Last weekend my son had a friend over for a play date. It was the first time this particular family had come to our house, and I like to make a reasonably decent impression when people come to the door.
“Decent impressions” get complicated by our dog, Kate. She looks like a German Shepherd except she’s brown where they’re normally black, and she’s the friendliest dog ever. Too friendly. As much as I like to think she’s a fierce guard dog, in her mind, if someone rings the door bell they’re a friend and should be licked, jumped on, writhed around, and nearly knocked over so the visitor knows exactly how happy she is to see them.
Normally I lock her in the bedroom when people are coming over, but my son got to the door before I could, and suddenly Kate’s greeting our visitors like a bouncy ball on crack. Then she bolts for the street because there might be more people who need sixty pounds of German Shepherd up in their business. After I get her back in the house, apologize to the parents, and settle the boys for a couple of hours of Minecraft, I corner my husband in the kitchen and let him have it (because it’s somehow his fault Kate jumps on people. Don’t question my logic, or I’ll introduce you to my dog).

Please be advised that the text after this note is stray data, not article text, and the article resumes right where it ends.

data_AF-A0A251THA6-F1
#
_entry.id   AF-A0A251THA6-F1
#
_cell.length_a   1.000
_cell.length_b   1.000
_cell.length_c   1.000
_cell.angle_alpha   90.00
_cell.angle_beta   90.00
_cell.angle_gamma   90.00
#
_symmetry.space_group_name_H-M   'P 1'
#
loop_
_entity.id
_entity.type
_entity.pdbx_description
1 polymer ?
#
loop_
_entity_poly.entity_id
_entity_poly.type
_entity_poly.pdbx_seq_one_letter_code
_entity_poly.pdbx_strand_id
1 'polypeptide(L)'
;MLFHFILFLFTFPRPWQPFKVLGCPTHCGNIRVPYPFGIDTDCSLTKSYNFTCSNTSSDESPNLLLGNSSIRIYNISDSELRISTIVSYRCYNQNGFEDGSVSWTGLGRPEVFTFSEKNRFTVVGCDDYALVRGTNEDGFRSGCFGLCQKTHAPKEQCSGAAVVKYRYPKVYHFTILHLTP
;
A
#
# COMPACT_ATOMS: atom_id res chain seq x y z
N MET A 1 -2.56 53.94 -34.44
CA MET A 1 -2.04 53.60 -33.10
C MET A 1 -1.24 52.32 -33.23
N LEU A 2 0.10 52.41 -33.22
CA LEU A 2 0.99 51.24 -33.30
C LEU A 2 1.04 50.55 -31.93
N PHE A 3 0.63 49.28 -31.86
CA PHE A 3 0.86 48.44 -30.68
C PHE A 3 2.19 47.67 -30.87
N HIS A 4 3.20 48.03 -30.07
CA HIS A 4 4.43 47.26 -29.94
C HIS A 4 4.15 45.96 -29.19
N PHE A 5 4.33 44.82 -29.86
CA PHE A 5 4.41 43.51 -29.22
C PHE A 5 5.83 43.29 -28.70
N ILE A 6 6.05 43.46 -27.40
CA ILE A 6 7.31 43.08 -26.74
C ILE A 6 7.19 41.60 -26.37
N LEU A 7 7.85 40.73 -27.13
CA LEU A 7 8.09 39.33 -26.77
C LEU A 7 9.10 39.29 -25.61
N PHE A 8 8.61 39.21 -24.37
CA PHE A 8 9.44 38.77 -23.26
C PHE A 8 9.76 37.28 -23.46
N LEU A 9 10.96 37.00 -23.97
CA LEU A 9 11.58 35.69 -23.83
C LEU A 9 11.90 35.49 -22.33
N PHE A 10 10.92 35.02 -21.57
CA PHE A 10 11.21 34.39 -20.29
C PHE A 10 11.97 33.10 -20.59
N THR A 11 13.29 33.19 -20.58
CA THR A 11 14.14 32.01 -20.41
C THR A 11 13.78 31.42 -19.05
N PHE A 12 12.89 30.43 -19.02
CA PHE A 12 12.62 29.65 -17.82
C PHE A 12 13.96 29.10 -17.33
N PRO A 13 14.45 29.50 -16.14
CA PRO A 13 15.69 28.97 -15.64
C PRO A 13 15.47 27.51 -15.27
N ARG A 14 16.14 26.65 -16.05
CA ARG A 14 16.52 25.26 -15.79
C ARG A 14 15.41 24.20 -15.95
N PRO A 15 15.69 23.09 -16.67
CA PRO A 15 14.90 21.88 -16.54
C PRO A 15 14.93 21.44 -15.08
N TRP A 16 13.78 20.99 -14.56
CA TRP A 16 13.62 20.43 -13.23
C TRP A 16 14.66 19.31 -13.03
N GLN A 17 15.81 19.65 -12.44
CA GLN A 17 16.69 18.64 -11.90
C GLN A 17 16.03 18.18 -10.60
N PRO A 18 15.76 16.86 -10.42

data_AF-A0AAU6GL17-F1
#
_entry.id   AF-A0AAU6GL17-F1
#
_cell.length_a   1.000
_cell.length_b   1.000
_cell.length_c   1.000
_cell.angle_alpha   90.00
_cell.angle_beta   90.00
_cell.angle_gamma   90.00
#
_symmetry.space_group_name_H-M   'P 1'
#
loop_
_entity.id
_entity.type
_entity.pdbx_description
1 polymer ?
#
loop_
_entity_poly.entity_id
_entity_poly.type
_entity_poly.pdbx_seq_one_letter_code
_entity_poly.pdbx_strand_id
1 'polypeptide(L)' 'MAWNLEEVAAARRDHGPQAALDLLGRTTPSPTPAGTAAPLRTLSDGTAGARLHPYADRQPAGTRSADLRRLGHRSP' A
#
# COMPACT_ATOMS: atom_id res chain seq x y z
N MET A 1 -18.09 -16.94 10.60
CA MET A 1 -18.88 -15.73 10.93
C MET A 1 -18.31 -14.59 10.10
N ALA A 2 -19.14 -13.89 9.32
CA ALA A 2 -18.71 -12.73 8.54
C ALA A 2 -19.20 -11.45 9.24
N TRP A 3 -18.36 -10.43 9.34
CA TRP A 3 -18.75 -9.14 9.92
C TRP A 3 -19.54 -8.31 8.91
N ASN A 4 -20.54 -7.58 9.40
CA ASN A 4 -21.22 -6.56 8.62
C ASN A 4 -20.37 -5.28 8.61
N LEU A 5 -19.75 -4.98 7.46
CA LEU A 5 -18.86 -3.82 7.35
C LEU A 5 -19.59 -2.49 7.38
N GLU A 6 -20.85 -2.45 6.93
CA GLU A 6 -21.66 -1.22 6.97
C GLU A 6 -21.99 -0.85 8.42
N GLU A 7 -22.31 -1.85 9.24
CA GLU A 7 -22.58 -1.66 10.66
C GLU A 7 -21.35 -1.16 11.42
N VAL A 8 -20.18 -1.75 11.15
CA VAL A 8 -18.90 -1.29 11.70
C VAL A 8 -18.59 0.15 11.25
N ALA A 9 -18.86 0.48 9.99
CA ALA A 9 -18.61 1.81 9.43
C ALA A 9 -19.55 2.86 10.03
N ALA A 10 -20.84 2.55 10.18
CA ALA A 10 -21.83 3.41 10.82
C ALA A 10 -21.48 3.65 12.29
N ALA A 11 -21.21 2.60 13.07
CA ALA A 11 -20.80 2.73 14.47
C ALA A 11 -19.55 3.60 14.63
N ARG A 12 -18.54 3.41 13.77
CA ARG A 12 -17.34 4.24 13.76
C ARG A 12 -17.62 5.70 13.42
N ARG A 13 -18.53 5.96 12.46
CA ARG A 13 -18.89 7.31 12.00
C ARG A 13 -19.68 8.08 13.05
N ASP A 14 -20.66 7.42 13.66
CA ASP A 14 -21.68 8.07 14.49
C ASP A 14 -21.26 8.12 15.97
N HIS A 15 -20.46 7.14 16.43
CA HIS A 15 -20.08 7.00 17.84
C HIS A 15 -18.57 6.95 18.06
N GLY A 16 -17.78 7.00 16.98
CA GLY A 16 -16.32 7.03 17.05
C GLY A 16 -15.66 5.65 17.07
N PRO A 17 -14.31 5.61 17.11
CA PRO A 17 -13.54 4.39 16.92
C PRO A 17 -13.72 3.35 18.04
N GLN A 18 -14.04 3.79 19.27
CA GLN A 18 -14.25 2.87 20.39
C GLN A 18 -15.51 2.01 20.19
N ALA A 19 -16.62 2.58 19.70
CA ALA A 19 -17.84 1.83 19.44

“I don’t want people to think we’re not good dog owners!” comes out of my mouth before I hear myself. He’s unloading the dishwasher while looking at me like he’s trying to decide if the correct response is offering chocolate chips straight out of the bag or giving me the fight I’m spoiling for.
Martha and I have something too much in common: hospitality customs, ancient or modern, mean offering my best to visitors. My ego make it easy to get really busy with “the best” of anything, that thick smear of perfection I long for because it’s a fantastic defense, and an even more fantastic way to stay out of God’s story. Everyone else was happy to see our visitors — my son, my husband, most certainly Kate — but not me because I thought I looked bad. I was Martha, through and through, right down to blaming someone else for my egotistical busyness. I missed a chance to check in with our friends, and perhaps get a glimpse of how God’s story is unfolding in their lives. Who knows? Maybe Jesus was sitting in the living room, playing Minecraft with my son, and I missed it.
What part of your ego keeps you busy in the kitchen? What helps you find the balance between busy and contemplative?